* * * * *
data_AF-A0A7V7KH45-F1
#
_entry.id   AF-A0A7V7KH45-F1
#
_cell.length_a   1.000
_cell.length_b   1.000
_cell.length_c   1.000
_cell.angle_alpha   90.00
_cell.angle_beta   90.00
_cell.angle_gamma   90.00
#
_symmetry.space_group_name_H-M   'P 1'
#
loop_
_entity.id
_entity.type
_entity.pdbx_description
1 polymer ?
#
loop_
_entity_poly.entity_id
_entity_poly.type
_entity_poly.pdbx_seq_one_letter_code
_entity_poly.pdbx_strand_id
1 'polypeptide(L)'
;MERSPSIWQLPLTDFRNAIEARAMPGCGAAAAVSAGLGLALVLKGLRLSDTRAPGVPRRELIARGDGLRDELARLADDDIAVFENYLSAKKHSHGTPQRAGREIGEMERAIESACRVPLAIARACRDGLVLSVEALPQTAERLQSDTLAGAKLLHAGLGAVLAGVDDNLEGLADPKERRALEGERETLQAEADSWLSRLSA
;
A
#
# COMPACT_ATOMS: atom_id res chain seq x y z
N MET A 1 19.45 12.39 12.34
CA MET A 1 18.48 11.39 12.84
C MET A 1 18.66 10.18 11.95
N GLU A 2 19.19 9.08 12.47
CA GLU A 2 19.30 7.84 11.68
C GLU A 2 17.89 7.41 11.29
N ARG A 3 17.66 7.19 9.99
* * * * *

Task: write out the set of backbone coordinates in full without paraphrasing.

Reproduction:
data_AF-A0A7V7KH45-F1
#
_entry.id   AF-A0A7V7KH45-F1
#
_cell.length_a   1.000
_cell.length_b   1.000
_cell.length_c   1.000
_cell.angle_alpha   90.00
_cell.angle_beta   90.00
_cell.angle_gamma   90.00
#
_symmetry.space_group_name_H-M   'P 1'
#
loop_
_entity.id
_entity.type
_entity.pdbx_description
1 polymer ?
#
loop_
_entity_poly.entity_id
_entity_poly.type
_entity_poly.pdbx_seq_one_letter_code
_entity_poly.pdbx_strand_id
1 'polypeptide(L)'
;MERSPSIWQLPLTDFRNAIEARAMPGCGAAAAVSAGLGLALVLKGLRLSDTRAPGVPRRELIARGDGLRDELARLADDDIAVFENYLSAKKHSHGTPQRAGREIGEMERAIESACRVPLAIARACRDGLVLSVEALPQTAERLQSDTLAGAKLLHAGLGAVLAGVDDNLEGLADPKERRALEGERETLQAEADSWLSRLSA
;
A
#
# COMPACT_ATOMS: atom_id res chain seq x y z
N MET A 1 19.45 12.39 12.34
CA MET A 1 18.48 11.39 12.84
C MET A 1 18.66 10.18 11.95
N GLU A 2 19.19 9.08 12.47
CA GLU A 2 19.30 7.84 11.68
C GLU A 2 17.89 7.41 11.29
N ARG A 3 17.66 7.19 9.99